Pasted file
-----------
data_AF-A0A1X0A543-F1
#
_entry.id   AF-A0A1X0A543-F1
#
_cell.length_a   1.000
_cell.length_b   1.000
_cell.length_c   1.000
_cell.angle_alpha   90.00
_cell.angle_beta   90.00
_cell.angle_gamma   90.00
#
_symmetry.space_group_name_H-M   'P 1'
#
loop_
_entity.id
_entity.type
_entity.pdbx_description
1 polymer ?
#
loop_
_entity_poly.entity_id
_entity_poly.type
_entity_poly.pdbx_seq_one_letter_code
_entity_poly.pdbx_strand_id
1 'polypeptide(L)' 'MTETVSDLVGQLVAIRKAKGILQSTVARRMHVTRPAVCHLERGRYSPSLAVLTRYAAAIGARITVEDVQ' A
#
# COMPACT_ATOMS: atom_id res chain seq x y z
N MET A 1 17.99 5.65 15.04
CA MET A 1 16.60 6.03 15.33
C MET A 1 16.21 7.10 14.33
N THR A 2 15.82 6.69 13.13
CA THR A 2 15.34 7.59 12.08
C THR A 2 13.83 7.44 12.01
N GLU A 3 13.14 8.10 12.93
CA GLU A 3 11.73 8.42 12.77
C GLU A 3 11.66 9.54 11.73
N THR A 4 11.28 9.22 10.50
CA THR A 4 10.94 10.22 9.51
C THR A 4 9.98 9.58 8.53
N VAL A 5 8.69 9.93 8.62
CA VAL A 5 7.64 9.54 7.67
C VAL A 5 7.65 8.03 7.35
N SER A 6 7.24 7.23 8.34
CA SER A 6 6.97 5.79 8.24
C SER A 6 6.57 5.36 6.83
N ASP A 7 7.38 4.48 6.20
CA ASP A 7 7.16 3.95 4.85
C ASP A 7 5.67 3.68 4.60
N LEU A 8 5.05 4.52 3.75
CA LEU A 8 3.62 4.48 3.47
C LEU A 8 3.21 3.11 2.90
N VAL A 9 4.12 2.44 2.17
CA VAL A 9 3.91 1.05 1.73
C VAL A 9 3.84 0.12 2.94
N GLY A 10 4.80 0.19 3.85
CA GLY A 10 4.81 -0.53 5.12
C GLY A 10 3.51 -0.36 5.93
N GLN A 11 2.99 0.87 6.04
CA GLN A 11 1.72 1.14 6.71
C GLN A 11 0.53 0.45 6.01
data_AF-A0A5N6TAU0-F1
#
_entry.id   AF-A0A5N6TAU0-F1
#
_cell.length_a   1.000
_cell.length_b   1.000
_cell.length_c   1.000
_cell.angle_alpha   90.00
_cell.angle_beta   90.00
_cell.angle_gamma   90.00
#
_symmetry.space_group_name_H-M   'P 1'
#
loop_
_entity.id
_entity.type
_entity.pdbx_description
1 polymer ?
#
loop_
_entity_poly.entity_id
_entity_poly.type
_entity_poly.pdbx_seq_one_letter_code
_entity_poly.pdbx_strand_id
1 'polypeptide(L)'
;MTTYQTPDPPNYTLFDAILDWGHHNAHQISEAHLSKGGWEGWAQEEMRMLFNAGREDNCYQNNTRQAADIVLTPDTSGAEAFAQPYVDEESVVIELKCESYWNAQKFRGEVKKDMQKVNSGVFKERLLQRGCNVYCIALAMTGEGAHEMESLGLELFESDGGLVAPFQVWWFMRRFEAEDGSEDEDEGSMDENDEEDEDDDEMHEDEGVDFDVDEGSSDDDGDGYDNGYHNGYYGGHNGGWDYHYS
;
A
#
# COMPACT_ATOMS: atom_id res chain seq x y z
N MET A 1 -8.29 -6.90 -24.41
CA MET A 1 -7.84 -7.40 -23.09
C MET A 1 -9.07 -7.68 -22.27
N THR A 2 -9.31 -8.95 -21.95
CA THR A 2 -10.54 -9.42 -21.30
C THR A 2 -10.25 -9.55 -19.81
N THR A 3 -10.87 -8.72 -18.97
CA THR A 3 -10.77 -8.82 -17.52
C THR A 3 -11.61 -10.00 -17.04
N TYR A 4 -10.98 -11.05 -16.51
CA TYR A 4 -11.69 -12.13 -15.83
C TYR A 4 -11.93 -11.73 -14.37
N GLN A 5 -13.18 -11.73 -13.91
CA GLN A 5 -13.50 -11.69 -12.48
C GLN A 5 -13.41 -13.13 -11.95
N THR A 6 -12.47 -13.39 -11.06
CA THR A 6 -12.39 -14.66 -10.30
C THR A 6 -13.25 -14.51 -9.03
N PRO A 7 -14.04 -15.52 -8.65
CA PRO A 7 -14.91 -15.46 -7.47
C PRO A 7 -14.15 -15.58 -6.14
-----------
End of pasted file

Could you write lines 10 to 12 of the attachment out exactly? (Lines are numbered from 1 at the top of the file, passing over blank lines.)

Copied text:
_cell.angle_gamma   90.00
#
_symmetry.space_group_name_H-M   'P 1'